With one lawmaker calling it a crisis starting “in our medicine cabinets,” the Kentucky House Tuesday voted 96-1 to pass a bill that would fight Kentucky’s opioid addiction epidemic by limiting the amount of opioids pain killers prescribed and increasing jail time for those who deal opioids on the streets. Rep. Lynn Bechler, R-Marion, was the lone lawmaker to vote no.
Rep. James Kay, D-Versailles, praised
provisions in House Bill 333 that would limit prescriptions for
addictive opioid pain killers like oxycodone, fentanyl and morphine to a
three day supply, with exceptions for the terminally-ill and some
others. Addiction, Kay said, usually begins at home with a 30-day
prescription to prescription opioids like Percocet or Lortab—not by
buying drugs on the street.
“This pill problem is starting in
our medicine cabinets, and we’ve got to get it under control,” he said.
“Unfortunately in many, many cases we’re not going to stop addiction
from happening. But we can stop it from happening in our medicine
cabinets. We can stop is from happening in our homes.”
sponsored by Rep. Kim Moser, R-Taylor Mill, would also increase felony
penalties for those who illegally deal in the synthetic opioid pain
killer fentanyl and make it a felony to deal in drugs derived from
fentanyl as well as carfentanil, which is used as an elephant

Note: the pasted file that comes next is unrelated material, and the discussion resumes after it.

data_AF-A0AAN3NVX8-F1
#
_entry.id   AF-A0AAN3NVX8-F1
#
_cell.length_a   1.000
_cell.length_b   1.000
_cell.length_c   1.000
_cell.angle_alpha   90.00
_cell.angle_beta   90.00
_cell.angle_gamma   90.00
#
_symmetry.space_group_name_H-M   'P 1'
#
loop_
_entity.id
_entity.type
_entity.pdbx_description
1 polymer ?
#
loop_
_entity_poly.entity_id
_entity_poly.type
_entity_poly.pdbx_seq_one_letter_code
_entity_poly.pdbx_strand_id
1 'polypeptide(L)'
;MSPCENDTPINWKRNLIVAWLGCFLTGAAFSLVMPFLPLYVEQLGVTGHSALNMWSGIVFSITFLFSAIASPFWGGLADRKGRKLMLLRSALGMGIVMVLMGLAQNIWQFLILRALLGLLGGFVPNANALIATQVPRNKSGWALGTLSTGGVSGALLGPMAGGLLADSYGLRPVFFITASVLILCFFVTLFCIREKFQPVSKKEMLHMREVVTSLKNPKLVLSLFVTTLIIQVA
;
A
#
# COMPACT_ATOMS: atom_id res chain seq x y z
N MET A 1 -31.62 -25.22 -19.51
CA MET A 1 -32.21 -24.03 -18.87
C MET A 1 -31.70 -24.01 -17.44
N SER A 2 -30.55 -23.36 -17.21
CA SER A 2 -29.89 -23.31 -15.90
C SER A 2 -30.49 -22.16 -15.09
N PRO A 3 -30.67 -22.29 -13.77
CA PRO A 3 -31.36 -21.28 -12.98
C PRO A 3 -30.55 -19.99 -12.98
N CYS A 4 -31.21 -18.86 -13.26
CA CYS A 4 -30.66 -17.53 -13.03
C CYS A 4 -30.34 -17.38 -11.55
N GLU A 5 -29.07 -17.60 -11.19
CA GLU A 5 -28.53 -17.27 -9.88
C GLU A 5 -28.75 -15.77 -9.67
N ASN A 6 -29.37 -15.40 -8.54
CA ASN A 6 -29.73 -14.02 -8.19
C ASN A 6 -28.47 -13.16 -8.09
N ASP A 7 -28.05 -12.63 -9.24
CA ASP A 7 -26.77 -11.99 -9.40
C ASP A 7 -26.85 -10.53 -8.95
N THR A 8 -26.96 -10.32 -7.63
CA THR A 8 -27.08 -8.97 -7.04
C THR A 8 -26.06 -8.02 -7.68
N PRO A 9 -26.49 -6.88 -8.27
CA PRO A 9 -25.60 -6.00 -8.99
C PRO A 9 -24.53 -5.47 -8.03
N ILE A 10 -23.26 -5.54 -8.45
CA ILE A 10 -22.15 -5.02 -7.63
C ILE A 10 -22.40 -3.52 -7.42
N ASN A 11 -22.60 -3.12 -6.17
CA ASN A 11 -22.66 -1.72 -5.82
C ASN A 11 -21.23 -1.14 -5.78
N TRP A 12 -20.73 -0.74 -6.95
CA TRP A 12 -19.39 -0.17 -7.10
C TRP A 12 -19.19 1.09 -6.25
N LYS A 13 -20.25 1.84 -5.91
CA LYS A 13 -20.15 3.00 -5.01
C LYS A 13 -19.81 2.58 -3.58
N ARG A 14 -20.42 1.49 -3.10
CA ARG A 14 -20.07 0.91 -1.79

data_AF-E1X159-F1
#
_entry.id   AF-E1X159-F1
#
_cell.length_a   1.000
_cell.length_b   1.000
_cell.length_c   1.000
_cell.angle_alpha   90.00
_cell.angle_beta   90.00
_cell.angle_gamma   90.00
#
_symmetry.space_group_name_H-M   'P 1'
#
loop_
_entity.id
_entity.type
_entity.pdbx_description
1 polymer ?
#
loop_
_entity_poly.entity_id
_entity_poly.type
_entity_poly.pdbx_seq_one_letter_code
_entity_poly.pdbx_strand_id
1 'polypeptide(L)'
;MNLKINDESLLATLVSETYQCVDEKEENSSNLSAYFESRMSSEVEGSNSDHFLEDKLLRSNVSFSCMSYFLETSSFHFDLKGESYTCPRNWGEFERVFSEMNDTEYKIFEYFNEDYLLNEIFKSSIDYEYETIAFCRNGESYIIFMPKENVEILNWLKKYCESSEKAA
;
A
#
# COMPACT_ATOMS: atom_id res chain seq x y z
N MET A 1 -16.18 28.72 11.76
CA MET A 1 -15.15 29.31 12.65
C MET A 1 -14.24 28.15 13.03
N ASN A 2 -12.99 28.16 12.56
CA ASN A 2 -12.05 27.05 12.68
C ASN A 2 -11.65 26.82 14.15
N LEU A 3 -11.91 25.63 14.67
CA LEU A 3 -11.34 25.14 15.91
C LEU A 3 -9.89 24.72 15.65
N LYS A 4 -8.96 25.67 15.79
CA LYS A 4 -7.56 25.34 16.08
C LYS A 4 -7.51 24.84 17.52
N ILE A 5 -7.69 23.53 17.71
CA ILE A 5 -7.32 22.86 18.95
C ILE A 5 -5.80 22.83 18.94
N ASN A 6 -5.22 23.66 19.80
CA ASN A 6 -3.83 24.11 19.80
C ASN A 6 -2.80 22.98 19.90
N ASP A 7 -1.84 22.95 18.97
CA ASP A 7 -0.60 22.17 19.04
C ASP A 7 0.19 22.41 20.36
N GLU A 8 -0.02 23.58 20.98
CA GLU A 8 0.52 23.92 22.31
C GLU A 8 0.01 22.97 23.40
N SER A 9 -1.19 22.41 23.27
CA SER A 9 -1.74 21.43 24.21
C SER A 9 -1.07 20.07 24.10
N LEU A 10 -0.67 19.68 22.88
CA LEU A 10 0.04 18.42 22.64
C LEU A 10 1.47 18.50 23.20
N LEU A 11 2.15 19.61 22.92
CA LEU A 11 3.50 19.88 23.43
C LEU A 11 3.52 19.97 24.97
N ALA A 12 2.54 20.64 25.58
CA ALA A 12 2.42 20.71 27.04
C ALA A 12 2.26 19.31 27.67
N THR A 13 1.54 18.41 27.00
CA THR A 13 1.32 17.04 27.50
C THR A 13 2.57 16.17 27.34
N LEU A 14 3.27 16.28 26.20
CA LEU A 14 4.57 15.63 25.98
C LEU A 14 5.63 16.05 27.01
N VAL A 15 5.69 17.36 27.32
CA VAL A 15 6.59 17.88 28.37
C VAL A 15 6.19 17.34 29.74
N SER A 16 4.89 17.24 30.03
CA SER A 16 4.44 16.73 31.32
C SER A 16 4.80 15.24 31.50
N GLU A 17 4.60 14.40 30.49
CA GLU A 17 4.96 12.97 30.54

tranquilizer. Trafficking in any amount of fentanyl, its derivatives or
carfentanil would carry up to 10 years for a first offense, with longer
sentences for repeat offenders and those who deal over certain amounts
of the drugs.
Moser said these are just a few steps that HB 333
would take to solve what she called the “opioid and addiction crisis” in
“We continue to see increases in overdoses and deaths
due to heroin and other opiates,” said Moser. She cited data from the
Centers for Disease Control and Prevention that shows over 52,000 drug
overdose deaths in the U.S. in 2015. “Sixty three percent, or 33,091 of
those deaths involved an opioid.”
“If Kentucky is, in fact, the epicenter of this crisis, we must be leaders in addressing this crisis head-on,” she said.
333 would also make it a felony carrying up to 10 years in prison to
illegally bring any amount of fentanyl or its derivatives or carfentanil
into the state for sale or distribution. And it would create the felony
offense of “trafficking in a misrepresented controlled substance” for
those who try to pass off fentanyl, its derivatives or carfentanil as a
legitimate prescription drug.
While state law now has strong
penalties for selling heroin, HB 333 would ease penalties for those
found guilty of selling a small amount—under two grams—of heroin if a
court finds the defendant had a substance use disorder involving heroin
when the crime was committed. Those individuals would face one to five
years in prison instead of five to 10 years for others convicted of a
first offense (with higher penalties for repeat offenders).
the bill would exclude cannabidiol, or CBD, products from the
definition of marijuana under state law if the products are approved as a
prescription medication by the U.S. Food and Drug Administration.
Cannabidiol is a cannabis compound that is believe by many to have
medical benefits, although it has not yet been FDA-approved.
is only when and if they become FDA-approved. These are hemp
derivatives—it’s not marijuana—and again, they must be FDA-approved,”
said Moser. “Upon FDA approval, cannabidiol products would not be
allowed as prescriptions if we don’t change this language.”
HB 333 now goes to the Senate.
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